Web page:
Stocks firm as today’s GDP data confirms the Fed’s view that the economy is growing at a “moderate” pace. The S&P500 was flat at 2,108 while the Dow fell marginally to 17,745. Today’s GDP report was received by markets to be supportive of the Fed’s case that the economy is growing moderately. The US economy grew at a 2.3% annualized rate in the second quarter. This was slightly short of expectations, but it is still above the five year average of 2.0%. The dollar was stronger on tightening expectations and it rose 0.4% against peers to 97.49. The euro falls against the dollar to $1.0935. Jobless claims once again beat expectations reading 267k for the previous week against the expected 272k. The yield curve is flatter on the day as well as the two year yield rises to the highest level since April 2010. The two year increased 2 basis points to 0.73% and the ten year fell 1 basis point to 2.26%.
The initial reading for 2Q GDP comes in at 2.3% annualized growth. Previous estimates had been for 2.5% expansion. 1Q GDP was revised upwards from a 0.2% decline to 0.6% growth as the impact from weather and port closures was less than previously estimated. These readings are in line with the Fed’s assessment of moderate economic expansion. The second quarter numbers were driven by stronger household spending, a pickup in exports and public outlays. Personal spending was up 2.9% in the second quarter which may possibly put pressure on prices. The second quarter savings rate was down to 4.8% from 5.2% similar to Yellen’s view that households are spending on bigger items like cars. Exports were up 5.3% and imports were up 3.5% in spite of the stronger dollar. The PCE (closely watched by Yellen) was up 2.2% in the second quarter while core prices rose 1.8%.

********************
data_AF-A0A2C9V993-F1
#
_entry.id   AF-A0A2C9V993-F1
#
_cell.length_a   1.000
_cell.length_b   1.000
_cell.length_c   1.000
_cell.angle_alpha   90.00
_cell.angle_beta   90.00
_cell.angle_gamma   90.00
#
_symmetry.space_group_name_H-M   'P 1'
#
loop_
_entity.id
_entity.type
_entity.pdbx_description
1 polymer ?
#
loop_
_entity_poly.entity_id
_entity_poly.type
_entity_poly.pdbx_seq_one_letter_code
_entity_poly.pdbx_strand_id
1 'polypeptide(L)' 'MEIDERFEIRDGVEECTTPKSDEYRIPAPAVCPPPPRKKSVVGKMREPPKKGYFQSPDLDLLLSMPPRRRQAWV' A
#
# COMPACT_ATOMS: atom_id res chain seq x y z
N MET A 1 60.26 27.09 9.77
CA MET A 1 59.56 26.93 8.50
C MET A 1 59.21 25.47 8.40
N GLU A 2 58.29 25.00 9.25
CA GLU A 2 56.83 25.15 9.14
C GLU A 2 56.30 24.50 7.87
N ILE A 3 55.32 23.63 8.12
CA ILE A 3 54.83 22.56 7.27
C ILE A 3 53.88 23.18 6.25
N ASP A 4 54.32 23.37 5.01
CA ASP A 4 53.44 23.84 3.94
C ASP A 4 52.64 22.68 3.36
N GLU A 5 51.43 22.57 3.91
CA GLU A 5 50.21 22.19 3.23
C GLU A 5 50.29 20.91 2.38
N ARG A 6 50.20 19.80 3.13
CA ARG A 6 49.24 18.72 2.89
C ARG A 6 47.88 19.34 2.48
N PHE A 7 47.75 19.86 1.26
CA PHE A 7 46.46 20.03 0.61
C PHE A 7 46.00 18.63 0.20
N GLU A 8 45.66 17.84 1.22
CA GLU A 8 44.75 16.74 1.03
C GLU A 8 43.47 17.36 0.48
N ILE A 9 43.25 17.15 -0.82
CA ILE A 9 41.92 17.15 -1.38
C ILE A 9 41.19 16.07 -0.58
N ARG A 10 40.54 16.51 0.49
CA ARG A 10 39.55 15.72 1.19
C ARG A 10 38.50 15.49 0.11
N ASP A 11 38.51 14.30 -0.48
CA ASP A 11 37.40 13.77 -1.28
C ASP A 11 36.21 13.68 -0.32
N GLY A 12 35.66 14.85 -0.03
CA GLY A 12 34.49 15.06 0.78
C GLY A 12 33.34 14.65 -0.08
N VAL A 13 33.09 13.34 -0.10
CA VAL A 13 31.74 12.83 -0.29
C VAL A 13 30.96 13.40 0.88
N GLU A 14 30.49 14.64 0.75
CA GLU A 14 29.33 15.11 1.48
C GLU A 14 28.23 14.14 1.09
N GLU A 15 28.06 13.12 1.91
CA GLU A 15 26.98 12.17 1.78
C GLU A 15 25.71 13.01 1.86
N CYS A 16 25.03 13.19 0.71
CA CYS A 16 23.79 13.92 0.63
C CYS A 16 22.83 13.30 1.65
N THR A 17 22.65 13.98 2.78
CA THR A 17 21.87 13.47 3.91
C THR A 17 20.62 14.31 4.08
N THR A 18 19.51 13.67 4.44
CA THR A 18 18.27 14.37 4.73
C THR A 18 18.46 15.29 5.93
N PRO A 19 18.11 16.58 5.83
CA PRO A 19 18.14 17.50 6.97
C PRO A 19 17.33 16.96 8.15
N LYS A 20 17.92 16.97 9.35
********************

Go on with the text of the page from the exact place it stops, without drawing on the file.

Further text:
High debt levels and Greece’s bad record of implementing reforms prevent the IMF from being able to participate in the Greek bailout as a result of their own guidelines. For now, the IMF will contribute to negotiations but cannot immediately agree to a program. It will be hard for the German parliament to support and pass a plan without the IMF’s support. Lagarde has signaled willingness to participate however many senior officials and staff don’t want to risk the IMF’s reputation. Greece violates two out of four requirements that the fund pays attention to when looking at assisting a country. First the IMF believes a recipient must be able to prove “institutional and political capacity” to implement reforms. Second, the recipient must have “high probability that the member’s public debt is sustainable in the medium term.” The fund is allowed to circumvent these rules if there is “a high risk of international systemic spillover,” and this stipulation was used earlier on in the crisis. However the IMF says this international risk no longer exists as Greek debt is no longer largely owned by private investors.